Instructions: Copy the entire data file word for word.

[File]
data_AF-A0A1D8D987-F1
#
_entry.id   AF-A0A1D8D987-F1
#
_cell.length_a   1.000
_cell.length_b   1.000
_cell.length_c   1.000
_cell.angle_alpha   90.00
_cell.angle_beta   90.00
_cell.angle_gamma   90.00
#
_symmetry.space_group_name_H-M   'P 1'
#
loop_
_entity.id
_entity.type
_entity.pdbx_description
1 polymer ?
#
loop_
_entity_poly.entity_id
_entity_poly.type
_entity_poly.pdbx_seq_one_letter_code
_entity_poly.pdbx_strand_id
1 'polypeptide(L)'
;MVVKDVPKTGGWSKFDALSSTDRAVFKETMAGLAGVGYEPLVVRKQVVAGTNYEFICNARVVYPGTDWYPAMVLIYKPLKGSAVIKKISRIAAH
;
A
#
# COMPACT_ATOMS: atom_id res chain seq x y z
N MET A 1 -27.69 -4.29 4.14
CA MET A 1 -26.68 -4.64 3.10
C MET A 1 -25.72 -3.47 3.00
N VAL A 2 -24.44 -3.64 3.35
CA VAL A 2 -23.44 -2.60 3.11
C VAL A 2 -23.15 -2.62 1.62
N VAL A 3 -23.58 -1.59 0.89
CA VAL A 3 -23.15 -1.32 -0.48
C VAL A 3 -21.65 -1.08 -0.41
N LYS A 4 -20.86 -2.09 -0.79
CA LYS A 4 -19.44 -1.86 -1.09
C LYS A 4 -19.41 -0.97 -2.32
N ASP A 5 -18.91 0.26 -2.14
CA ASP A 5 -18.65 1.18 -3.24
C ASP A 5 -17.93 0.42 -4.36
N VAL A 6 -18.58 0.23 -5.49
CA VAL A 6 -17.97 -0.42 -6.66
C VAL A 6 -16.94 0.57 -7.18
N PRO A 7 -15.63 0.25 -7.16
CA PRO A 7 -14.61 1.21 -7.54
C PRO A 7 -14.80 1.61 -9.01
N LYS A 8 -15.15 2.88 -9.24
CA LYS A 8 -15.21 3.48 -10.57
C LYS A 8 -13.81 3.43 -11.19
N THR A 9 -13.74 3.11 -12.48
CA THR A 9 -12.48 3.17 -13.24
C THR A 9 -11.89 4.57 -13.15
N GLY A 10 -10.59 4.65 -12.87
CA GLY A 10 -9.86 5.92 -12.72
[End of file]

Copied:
data_AF-A0A1D8D987-F1
#
_entry.id   AF-A0A1D8D987-F1
#
_cell.length_a   1.000
_cell.length_b   1.000
_cell.length_c   1.000
_cell.angle_alpha   90.00
_cell.angle_beta   90.00
_cell.angle_gamma   90.00
#
_symmetry.space_group_name_H-M   'P 1'
#
loop_
_entity.id
_entity.type
_entity.pdbx_description
1 polymer ?
#
loop_
_entity_poly.entity_id
_entity_poly.type
_entity_poly.pdbx_seq_one_letter_code
_entity_poly.pdbx_strand_id
1 'polypeptide(L)'
;MVVKDVPKTGGWSKFDALSSTDRAVFKETMAGLAGVGYEPLVVRKQVVAGTNYEFICNARVVYPGTDWYPAMVLIYKPLKGSAVIKKISRIAAH
;
A
#
# COMPACT_ATOMS: atom_id res chain seq x y z
N MET A 1 -27.69 -4.29 4.14
CA MET A 1 -26.68 -4.64 3.10
C MET A 1 -25.72 -3.47 3.00
N VAL A 2 -24.44 -3.64 3.35
CA VAL A 2 -23.44 -2.60 3.11
C VAL A 2 -23.15 -2.62 1.62
N VAL A 3 -23.58 -1.59 0.89
CA VAL A 3 -23.15 -1.32 -0.48
C VAL A 3 -21.65 -1.08 -0.41
N LYS A 4 -20.86 -2.09 -0.79
CA LYS A 4 -19.44 -1.86 -1.09
C LYS A 4 -19.41 -0.97 -2.32
N ASP A 5 -18.91 0.26 -2.14
CA ASP A 5 -18.65 1.18 -3.24
C ASP A 5 -17.93 0.42 -4.36
N VAL A 6 -18.58 0.23 -5.49
CA VAL A 6 -17.97 -0.42 -6.66
C VAL A 6 -16.94 0.57 -7.18
N PRO A 7 -15.63 0.25 -7.16
CA PRO A 7 -14.61 1.21 -7.54
C PRO A 7 -14.80 1.61 -9.01
N LYS A 8 -15.15 2.88 -9.24
CA LYS A 8 -15.21 3.48 -10.57
C LYS A 8 -13.81 3.43 -11.19
N THR A 9 -13.74 3.11 -12.48
CA THR A 9 -12.48 3.17 -13.24
C THR A 9 -11.89 4.57 -13.15
N GLY A 10 -10.59 4.65 -12.87
CA GLY A 10 -9.86 5.92 -12.72